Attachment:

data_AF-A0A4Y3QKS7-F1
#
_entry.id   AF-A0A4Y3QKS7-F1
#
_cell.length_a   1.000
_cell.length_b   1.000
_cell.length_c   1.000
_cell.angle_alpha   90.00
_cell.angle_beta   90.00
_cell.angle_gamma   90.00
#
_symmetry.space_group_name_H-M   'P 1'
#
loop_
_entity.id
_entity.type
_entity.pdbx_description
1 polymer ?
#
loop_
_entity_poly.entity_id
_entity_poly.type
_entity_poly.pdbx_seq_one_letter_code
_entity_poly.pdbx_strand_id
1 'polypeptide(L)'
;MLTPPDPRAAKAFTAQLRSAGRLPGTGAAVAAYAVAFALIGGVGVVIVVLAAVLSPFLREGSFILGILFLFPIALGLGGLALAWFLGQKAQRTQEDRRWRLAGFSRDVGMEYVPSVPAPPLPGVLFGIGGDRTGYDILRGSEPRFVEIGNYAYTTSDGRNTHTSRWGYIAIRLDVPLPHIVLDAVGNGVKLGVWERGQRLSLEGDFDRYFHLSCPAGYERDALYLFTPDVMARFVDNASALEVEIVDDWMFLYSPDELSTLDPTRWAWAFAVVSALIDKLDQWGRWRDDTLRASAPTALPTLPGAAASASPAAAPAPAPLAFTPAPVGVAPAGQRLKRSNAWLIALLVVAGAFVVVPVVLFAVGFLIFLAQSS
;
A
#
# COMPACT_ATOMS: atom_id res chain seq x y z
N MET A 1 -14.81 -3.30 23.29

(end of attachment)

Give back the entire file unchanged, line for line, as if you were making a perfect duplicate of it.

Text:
data_AF-A0A4Y3QKS7-F1
#
_entry.id   AF-A0A4Y3QKS7-F1
#
_cell.length_a   1.000
_cell.length_b   1.000
_cell.length_c   1.000
_cell.angle_alpha   90.00
_cell.angle_beta   90.00
_cell.angle_gamma   90.00
#
_symmetry.space_group_name_H-M   'P 1'
#
loop_
_entity.id
_entity.type
_entity.pdbx_description
1 polymer ?
#
loop_
_entity_poly.entity_id
_entity_poly.type
_entity_poly.pdbx_seq_one_letter_code
_entity_poly.pdbx_strand_id
1 'polypeptide(L)'
;MLTPPDPRAAKAFTAQLRSAGRLPGTGAAVAAYAVAFALIGGVGVVIVVLAAVLSPFLREGSFILGILFLFPIALGLGGLALAWFLGQKAQRTQEDRRWRLAGFSRDVGMEYVPSVPAPPLPGVLFGIGGDRTGYDILRGSEPRFVEIGNYAYTTSDGRNTHTSRWGYIAIRLDVPLPHIVLDAVGNGVKLGVWERGQRLSLEGDFDRYFHLSCPAGYERDALYLFTPDVMARFVDNASALEVEIVDDWMFLYSPDELSTLDPTRWAWAFAVVSALIDKLDQWGRWRDDTLRASAPTALPTLPGAAASASPAAAPAPAPLAFTPAPVGVAPAGQRLKRSNAWLIALLVVAGAFVVVPVVLFAVGFLIFLAQSS
;
A
#
# COMPACT_ATOMS: atom_id res chain seq x y z
N MET A 1 -14.81 -3.30 23.29